Guest Blog by a Philadelphia Survivor
There is a wonderful Christmas song by Amy Grant called “Grownup Christmas List”. It is one of my favorite and speaks to the true meaning of Christmas – compassion, happiness, peace. When listening to it the other day, I thought of my own Christmas List – a “Survivor’s Christmas List” for this year. My prayer is that all survivors receive at least one thing on this list:
– That people will stop making excuses regarding the cover-up of clergy abuse by saying “it was a different time back then” or “we viewed priests on a different level”. There is no excuse. Take ownership that there were crimes committed. Which leads me to #2 –
– It was a CRIME! It wasn’t a violation – an indiscretion – a lapse in judgement – a misunderstanding – an incident. IT WAS A CRIME. Let the media – the church – the commentators – the public – call it what it really was.
– That survivors, when they get the courage and strength to walk into a Roman Catholic Church, will not be subjected to prayers from the pulpit for the abusers of children that they may find forgiveness. Yes, this did happen at a mass that I attended. Abusers were prayed for in the same intention as those who were abused. NEVER put me in the same sentence as a criminal!
– That the Archdiocese of Philadelphia will bring every allegation of suspected abuse and boundary violations to its review board. That every case will be investigated, and every survivor will be notified of the outcome. And that the Archdiocese will be transparent in their findings – not the standard press release of “Father Smith was removed for a credible finding of sexual abuse that occurred thirty years ago” but “Father Smith also was found to have six other credible findings of sexual abuse against him”. Yes, this matters to survivors!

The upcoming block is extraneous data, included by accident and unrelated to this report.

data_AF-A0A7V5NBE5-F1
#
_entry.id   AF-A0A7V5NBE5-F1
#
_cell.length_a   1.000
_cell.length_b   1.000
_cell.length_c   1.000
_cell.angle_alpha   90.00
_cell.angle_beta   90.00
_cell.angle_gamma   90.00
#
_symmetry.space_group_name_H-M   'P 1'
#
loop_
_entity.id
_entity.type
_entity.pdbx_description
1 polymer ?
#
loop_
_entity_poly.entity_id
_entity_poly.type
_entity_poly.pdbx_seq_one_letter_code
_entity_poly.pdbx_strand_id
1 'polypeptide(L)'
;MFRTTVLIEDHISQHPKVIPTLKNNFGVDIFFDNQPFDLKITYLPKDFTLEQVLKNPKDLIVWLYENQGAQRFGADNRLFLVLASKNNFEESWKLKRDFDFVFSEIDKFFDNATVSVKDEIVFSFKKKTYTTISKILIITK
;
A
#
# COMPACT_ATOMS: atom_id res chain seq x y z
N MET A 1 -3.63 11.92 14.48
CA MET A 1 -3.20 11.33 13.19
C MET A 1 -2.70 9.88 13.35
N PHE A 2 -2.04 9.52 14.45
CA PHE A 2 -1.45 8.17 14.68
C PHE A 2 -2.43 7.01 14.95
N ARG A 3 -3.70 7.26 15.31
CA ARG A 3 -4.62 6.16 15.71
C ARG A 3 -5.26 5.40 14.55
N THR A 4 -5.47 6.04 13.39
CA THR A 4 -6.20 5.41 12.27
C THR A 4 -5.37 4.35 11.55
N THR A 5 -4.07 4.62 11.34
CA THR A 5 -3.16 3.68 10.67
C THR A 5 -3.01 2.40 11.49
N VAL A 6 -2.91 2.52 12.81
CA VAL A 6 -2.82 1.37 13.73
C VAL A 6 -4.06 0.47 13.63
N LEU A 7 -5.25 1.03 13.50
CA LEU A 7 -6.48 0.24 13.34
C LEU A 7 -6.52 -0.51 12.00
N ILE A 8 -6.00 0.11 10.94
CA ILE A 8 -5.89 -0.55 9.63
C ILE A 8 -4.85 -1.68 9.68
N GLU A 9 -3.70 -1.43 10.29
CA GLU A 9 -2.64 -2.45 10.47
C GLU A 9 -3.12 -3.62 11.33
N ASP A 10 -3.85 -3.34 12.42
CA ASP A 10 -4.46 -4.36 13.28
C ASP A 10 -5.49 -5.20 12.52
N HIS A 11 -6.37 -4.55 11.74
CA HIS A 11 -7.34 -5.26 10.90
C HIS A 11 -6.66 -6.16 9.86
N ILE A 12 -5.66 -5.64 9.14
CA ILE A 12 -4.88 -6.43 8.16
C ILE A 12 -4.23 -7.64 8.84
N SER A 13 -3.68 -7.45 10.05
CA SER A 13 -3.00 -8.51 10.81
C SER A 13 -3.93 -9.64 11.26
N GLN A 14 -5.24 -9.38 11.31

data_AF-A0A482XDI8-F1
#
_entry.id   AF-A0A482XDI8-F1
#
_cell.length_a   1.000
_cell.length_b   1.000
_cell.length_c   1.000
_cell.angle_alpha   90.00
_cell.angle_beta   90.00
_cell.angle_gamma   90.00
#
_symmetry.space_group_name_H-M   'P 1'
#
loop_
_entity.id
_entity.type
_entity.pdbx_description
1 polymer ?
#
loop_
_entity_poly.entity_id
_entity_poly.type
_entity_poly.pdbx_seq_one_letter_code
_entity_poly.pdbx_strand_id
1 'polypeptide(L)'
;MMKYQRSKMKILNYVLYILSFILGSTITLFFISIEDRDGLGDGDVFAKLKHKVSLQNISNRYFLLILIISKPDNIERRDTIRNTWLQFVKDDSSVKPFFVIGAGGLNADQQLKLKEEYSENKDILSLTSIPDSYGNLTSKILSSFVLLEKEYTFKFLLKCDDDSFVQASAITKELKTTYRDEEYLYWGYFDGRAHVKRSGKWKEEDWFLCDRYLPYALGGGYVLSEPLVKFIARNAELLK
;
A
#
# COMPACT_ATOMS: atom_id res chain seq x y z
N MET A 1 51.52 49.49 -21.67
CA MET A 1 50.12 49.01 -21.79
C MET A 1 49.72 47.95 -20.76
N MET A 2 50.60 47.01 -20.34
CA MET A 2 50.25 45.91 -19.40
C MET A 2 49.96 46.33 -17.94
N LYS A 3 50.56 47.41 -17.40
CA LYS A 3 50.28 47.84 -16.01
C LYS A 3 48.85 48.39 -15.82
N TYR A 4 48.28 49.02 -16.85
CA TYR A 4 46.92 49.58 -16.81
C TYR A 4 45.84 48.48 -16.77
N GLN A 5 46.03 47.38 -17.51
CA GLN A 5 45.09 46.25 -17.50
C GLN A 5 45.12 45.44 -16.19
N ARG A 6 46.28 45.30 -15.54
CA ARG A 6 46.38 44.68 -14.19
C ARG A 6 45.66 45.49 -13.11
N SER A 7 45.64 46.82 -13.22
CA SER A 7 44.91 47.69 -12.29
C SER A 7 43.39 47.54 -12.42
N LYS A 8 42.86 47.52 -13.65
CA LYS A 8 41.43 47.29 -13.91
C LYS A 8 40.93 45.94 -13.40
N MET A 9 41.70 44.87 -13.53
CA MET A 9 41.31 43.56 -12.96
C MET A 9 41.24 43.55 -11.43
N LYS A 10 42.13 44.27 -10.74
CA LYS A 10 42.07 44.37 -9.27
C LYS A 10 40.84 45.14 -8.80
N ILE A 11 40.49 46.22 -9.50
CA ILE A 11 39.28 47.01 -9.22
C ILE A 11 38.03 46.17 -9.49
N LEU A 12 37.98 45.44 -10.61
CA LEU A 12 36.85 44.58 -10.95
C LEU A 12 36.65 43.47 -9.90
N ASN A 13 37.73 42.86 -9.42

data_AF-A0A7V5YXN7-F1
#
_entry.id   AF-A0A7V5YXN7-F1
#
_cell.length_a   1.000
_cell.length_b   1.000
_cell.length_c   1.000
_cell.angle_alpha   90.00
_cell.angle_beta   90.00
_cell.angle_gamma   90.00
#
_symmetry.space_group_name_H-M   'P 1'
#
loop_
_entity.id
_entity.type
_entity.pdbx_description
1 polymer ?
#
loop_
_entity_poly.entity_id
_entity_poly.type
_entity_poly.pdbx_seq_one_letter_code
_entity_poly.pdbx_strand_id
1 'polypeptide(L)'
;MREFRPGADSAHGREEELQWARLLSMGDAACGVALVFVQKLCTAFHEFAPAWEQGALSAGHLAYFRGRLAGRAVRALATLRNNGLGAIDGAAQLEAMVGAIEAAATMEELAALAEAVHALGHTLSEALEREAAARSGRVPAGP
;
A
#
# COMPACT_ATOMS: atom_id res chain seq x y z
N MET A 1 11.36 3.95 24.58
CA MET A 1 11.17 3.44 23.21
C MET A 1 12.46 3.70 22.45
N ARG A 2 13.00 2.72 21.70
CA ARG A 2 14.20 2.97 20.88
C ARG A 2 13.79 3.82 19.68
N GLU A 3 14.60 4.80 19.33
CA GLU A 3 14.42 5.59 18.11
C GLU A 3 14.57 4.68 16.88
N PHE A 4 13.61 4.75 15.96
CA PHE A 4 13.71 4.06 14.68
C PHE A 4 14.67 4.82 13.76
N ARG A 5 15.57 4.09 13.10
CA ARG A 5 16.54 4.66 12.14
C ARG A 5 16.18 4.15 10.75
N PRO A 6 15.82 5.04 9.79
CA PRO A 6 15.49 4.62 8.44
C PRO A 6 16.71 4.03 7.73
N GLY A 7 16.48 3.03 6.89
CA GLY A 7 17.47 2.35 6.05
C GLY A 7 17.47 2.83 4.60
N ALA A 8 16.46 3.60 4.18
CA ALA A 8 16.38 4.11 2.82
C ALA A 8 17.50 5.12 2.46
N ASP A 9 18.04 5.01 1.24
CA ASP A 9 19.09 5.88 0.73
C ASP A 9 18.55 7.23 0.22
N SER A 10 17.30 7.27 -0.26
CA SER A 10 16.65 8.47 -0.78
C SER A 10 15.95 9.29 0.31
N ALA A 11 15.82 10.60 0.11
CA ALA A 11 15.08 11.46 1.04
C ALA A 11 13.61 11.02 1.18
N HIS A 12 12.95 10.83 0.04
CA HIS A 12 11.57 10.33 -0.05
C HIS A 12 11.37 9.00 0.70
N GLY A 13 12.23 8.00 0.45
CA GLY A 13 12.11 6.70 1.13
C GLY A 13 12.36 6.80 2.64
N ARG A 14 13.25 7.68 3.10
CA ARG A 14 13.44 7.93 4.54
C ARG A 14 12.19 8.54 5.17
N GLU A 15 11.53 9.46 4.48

– For more clergy such as Father Chris Walsh, who could care less about membership in the “all boys club” of the priesthood, but cares more about nurturing the mental and spiritual well being of his parishioners
– That states that have not passed Statute of Limitations reform will recognize how important it is for survivors to have their day in court, to have the truth be told, to be able to look their abusers, and those who covered for them, in the eye and say “No more – I have the upper hand now!”
– For the Church to recognize that their party line of “mistakes were made in the past but we are doing everything right now” includes allowing survivors their day in court!
A wish for a compassionate response
Words hurt. A few suggestions on what not to say to a survivor:
– “It’s all about the money” No amount of money could ever make me whole, could ever take away the pain inflicted
– “You can’t possibly remember what happened 30 years ago” Do you remember your wedding day, the birth of your children, the day a close family member died? Do you remember where you were when Kennedy was shot? When the Space Shuttle blew up? 9/11? Trust me – I remember my abuse.
– “You are out to get the Catholic Church” – I was raised in this religion. My uncle was a priest. My father converted. It would be so much easier to walk away and not care. My abuser took a lot away from me – I am still fighting to keep my faith.
– And finally, I wish all Survivors would only hear two things from everyone they encounter – “I’m sorry” and “I believe you”.
Thank you to Susan, Kathy and the C4C community for your constant support and prayers.